Flatlanders need not apply. The road to Mogollon, known as the Bursum Road, climbs 2,080 feet from the San Francisco River Valley to the old ghost town, nestled in the Mogollon Mountains. “That doesn’t sound so bad,” you might say, but the climb is seven miles in length - over 2,000 feet in seven miles, and not one of the switchbacks has guardrails.
Reserve, with 400 citizens, is the largest town in and county seat of Catron County, which is the largest county, by area, in New Mexico. At more than 7,000 square miles, Catron County is larger than a few Eastern states. With a population of only 2,900 people, the county is as sparsely populated as many an old West frontier area.
The Bursum Road runs throughthe middle of Mogollon. Photo by Carla
One of my favorite drives is along the Bursum Road, which
turns east from Hwy 180 about 4 miles north of
Glenwood and climbs to Mogollon,
Willow Creek, and Snow Lake. The Bursum Road
takes the traveler from desert heat at the San Francisco River
to alpine woods of aspen and fir in the Mogollon Mountains.
It came as a surprise to find out that not everyone finds
this enchanting drive the perfect summer outing. What's the
The Catwalk, a National Recreation trail
along the canyon of Whitewater Creek, is a
unique feature of southwestern New Mexico. Located five miles east of Glenwood (take Hwy.
180 to 174), it presents an
always vibrant journey along a path reflecting the region's mining history. The
canyon was used as a hideout by both Geronimo and Butch Cassidy.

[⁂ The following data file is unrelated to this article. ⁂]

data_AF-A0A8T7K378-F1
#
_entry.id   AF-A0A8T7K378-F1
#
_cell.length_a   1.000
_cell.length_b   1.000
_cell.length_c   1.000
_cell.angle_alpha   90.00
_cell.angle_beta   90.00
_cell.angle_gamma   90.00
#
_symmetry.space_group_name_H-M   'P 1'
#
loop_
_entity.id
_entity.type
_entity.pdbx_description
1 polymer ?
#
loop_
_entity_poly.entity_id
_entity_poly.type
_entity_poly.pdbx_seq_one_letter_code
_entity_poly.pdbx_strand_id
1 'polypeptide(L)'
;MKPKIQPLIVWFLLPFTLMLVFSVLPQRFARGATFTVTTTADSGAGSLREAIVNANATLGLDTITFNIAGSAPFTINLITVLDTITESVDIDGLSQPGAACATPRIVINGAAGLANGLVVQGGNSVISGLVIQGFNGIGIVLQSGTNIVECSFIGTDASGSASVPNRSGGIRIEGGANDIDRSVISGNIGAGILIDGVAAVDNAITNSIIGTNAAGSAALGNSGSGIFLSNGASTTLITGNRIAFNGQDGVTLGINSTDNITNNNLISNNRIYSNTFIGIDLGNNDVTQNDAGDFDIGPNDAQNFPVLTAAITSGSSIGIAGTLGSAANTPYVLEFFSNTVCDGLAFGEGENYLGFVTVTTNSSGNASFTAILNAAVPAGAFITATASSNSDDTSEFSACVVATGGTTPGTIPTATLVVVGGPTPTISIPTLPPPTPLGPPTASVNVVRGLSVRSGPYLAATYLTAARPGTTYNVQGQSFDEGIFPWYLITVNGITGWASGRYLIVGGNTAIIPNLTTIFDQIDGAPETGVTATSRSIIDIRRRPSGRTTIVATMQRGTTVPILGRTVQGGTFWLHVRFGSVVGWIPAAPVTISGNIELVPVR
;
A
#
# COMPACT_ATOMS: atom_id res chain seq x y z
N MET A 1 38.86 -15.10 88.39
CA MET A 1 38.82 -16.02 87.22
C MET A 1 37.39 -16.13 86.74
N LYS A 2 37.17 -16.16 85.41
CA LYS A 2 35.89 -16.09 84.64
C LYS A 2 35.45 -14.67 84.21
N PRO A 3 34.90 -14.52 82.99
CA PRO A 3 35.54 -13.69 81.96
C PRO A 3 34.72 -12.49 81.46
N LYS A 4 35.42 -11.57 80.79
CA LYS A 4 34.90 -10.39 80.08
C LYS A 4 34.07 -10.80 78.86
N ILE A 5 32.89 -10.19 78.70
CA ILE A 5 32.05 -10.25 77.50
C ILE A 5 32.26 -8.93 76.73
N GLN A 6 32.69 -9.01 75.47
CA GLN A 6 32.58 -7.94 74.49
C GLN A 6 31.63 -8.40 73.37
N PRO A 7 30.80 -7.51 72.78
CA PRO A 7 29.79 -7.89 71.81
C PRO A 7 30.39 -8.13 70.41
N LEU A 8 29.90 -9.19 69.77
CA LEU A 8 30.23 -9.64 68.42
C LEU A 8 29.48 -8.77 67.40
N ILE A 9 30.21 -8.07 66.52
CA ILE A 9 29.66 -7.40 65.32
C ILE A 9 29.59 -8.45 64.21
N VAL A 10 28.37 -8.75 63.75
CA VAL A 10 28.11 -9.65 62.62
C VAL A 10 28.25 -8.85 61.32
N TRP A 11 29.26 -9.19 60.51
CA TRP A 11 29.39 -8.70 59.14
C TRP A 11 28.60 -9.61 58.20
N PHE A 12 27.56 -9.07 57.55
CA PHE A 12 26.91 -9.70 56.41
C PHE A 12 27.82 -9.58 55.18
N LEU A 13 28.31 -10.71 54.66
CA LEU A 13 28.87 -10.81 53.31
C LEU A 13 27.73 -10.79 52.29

The Catwalk follows the path of the pipeline
built in the 1890s to deliver water to the mining town of Graham. Workmen who
had to enter the canyon by crawling atop the narrow pipeline named the route the
The high valley in which the tiny town of Luna, New Mexico, sits is surpassingly beautiful.
The San Francisco River courses by under enormous cottonwood trees, and the
green valley stretches between piney mountains. Luna itself, rustic and basic,
could hail from an era when cowpokes rode alongside their herds, ropes a-twirl,
spurs flashing in the sunlight.
Actually, an even more radical time shift is required of
the visitor who would take in everything Luna has to offer. With the re-opening
of the Hough Ruin (pronounced HUFF), one
must stretch one's imagination 700 years back in time, when another civilization
peopled this lovely valley.
It's no secret why we call New Mexico the Land of Enchantment. Our state
possesses some of the nation's most beautiful natural wonders, including
Carlsbad Caverns, Taos' Moreno Valley and
White Sands National Monument.
Having grown up in Silver City at the doorstep of the
Gila National Forest, I have always felt very lucky to have
come from such a special place. During my time as a Senator, I've worked to help
promote New Mexico and its splendor as a tourist destination - because it's
important to our people, our economy and also our sense of pride in our home
Around the 4th of July every year, Roswell, New Mexico hosts a UFO festival built
around the Roswell Incident. Months before, the motels in and around Roswell can
be sold out. The hoopla included a parade, film festival, rock concert, costume
contest, bicycle run and a glow-in-the-dark golf tournament. Any spare time the
visitor had could be spent at the two UFO museums. Any spare money could be
spent for T-shirts, toys, gimmicks and statues that only the outer limits of the
imagination can curb.
But what about the other UFO crash in 1947, the one on
the San Agustin Plains?